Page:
Today is a good day. I’ve only been up for an hour, and already I’ve read some insanity from a person I used to speak with on Facebook, a person I would best describe as ignorant and crazy. They’re the sort of person who believes the characters she creates tells her how to write her stories–when she is writing, that is, as it has always appeared she’s one of these “writers” who can only write when she is sprinting with others–and that she is probably, likely, most definitely had arguments with her characters and, at times, lost. Like I said, she’s crazy. If you’re having arguments with your characters, and losing, you need to get your ass into therapy and up your meds. But since she’s more of a poseur and not much of a writer, maybe those voices will help keep her warm . . .
Enough of crazy people, as I have enough crazy to keep entire subdivisions happy. Was out last night, was driving in the dark, was talking out my own scenes as I flew through the darkness. The sky looked strange with the low clouds reflecting lights that, around here, never go out. When I was heading to my friend’s earlier in the evening, before the sun had fully set, I thought of what the sky would have looked like next to Hudson Bay, close to the Arctic Circle, with the stark yet beautiful desolation of the tundra all around. I tried to imagine it as I drove, and could see it all around me as the cold fields of Northwest Indiana faded into the past.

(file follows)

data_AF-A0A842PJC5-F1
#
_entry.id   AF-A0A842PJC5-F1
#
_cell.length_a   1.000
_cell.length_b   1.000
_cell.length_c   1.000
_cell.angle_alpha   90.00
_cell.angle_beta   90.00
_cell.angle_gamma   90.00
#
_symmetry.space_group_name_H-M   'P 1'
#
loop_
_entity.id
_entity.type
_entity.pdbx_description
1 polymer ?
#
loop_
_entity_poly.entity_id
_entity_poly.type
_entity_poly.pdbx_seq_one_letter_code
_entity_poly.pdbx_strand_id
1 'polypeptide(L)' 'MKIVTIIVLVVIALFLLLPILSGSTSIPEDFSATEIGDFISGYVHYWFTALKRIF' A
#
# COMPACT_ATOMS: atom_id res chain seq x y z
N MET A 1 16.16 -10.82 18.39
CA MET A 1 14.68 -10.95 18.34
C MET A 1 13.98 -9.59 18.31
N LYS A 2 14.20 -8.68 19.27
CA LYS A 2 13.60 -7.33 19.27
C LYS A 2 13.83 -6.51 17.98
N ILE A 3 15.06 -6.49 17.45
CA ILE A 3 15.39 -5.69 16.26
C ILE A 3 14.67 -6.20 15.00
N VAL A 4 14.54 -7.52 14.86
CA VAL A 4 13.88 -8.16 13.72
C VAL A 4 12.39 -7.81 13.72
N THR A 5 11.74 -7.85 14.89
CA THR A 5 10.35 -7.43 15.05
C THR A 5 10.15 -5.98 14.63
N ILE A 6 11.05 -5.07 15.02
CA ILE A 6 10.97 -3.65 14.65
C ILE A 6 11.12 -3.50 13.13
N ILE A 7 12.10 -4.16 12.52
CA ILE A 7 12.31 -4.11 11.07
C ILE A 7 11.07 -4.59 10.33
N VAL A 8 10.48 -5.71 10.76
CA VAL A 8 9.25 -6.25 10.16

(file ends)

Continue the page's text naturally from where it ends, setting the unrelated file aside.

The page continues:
I started Chapter Fourteen yesterday, and what I thought was going to be a very quick thousand words turned into a bit of a slough though the literary mud. I’m back on Keith, getting ready to bring Elektra into his life and turn up the strangeness in a way that should be interesting. At the moment, at the start of the chapter, he’s thinking about the two women in his live, how one is developing a relationship with him, but he’d not certain how long it might last–and how one is already there, but he knows that as soon as he types “The End” at the bottom of his manuscript, she’s gonna pull a Tara and be gone with the wind.
But getting those thoughts onto the page–or Scrivener text file, take your pick–became a bit of a pain in my ass, because whatever I’d type simply didn’t seem right.
This is happened a few times with this story, which is probably why I’m just now clearing fifty thousand words after two months, and probably won’t finished Suggestive Amusements before the end of March. I know Stephen King says ninety days is about right to do a first draft of a novel, but I’m used to being faster. I’m used to cranking it out, and yesterday was like crawling along the pavement when you have to be somewhere in twenty minutes.
My Muse, who would never leave me, says my problem with writing this story is I’m not as connected to the characters here as I am in other works I’ve produced. That may very well be true; I don’t know. There could be issues with me writing this while working some long hours, but then I did the same thing at The Undisclosed Location, and cranked out some wordage.
Or maybe I’m ready to go beyond writing, and into publishing.
I know my characters would like that–because I would like that.